Abstract 10924: Mortality and Cardiovascular Events in Patients With Arm Thrombosis. A 3-Year Follow up Registry.
Upper extremity deep venous thrombosis (UE-DVT) is relatively unknown and uncommon and may be a sign of hidden pathology. A recent study has indicated that the incidence of recurrent thrombosis and 3-year mortality are higher in subjects with UE-DVT (Flinterman LE et al. Circulation 2008;118:1366). The consequences of UE-DVT are not well known. According to Flinterman's protocol we studied the incidence of UE-DVT, the survival of patients at 3 years, cardiovascular events and the related risk factors associated to recurrence in an open registry study.
Methods: 211 patients with UE-DVT (age ange 23–70 years) were evaluated for at least 3 years. Ultrasound scans were used to evaluate the presence of thrombosis and for follow up evaluations (every 6 months, excluding new episodes requiring scans).
Results. With UE-DVT, survival was reduced (26.4% of our patients died versus 24.55% in Flinterman's study). This observation was 5.43 times higher than age-sex-adjusted population rates. In 36.2% of patients a neoplastic condition was diagnosed within the follow up period. The risk of non-fatal, cardiovascular events (strokes, myocardial infarction, embolisation, DVT, pulmonary embolism) was 3.22 times higher in UE-DVT patients than in the normal, comparable population. The risk of UE-DVT recurrence was 2.5 times higher in women. During the follow up, 7 new UE-DVT (3.31% versus 13% in Flinterman's report) were diagnosed as recurrent thromboses. The incidence rate was 36.22 (versus 43.2 in the Flinterman report) per 1000 person-years. Anticoagulant treatment and arm exercise abolished recurrence, without altering survival and reduced the global occurrence of cardiovascular events. No pulmonary embolisation was observed. A BMI >26 kg/m2 increased the risk of cardiovascular events (2.33 times) and thrombosis recurrence (2.47 times). Prothrombotic conditions and genetic factors associated to thrombosis did not increase the risk of recurrence, mortality or events.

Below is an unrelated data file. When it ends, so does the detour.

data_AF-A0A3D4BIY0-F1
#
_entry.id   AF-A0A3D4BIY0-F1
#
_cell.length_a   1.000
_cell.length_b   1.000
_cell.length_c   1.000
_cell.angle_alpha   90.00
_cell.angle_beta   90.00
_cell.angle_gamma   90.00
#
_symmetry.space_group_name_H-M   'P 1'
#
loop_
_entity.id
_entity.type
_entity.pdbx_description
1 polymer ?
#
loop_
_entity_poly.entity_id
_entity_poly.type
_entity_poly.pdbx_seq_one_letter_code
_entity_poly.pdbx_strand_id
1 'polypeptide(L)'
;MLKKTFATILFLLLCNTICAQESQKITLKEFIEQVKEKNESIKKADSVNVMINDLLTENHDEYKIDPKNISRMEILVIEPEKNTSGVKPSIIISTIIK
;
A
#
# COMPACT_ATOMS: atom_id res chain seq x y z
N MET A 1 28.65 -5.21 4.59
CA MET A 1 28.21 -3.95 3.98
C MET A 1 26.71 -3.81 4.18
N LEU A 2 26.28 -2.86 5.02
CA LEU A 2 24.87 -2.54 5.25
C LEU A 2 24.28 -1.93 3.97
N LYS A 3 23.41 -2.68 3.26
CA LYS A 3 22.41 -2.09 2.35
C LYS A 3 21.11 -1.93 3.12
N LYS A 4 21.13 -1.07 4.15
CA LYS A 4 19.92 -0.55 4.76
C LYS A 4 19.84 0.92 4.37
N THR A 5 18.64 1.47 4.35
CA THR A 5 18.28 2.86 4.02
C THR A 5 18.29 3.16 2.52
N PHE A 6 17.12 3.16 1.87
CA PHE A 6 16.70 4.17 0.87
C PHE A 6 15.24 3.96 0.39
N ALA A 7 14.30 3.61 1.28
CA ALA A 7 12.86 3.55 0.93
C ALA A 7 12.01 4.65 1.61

Conclusion. Subjects with an episode of UE-DVT appear to have a reduced survival and increased risk of cardiovascular events. The rate of recurrence was higher in subjects with BMI >26 kg/m2 and in women. UE-DVT is ofter the first sign of a tumor.
- © 2010 by American Heart Association, Inc.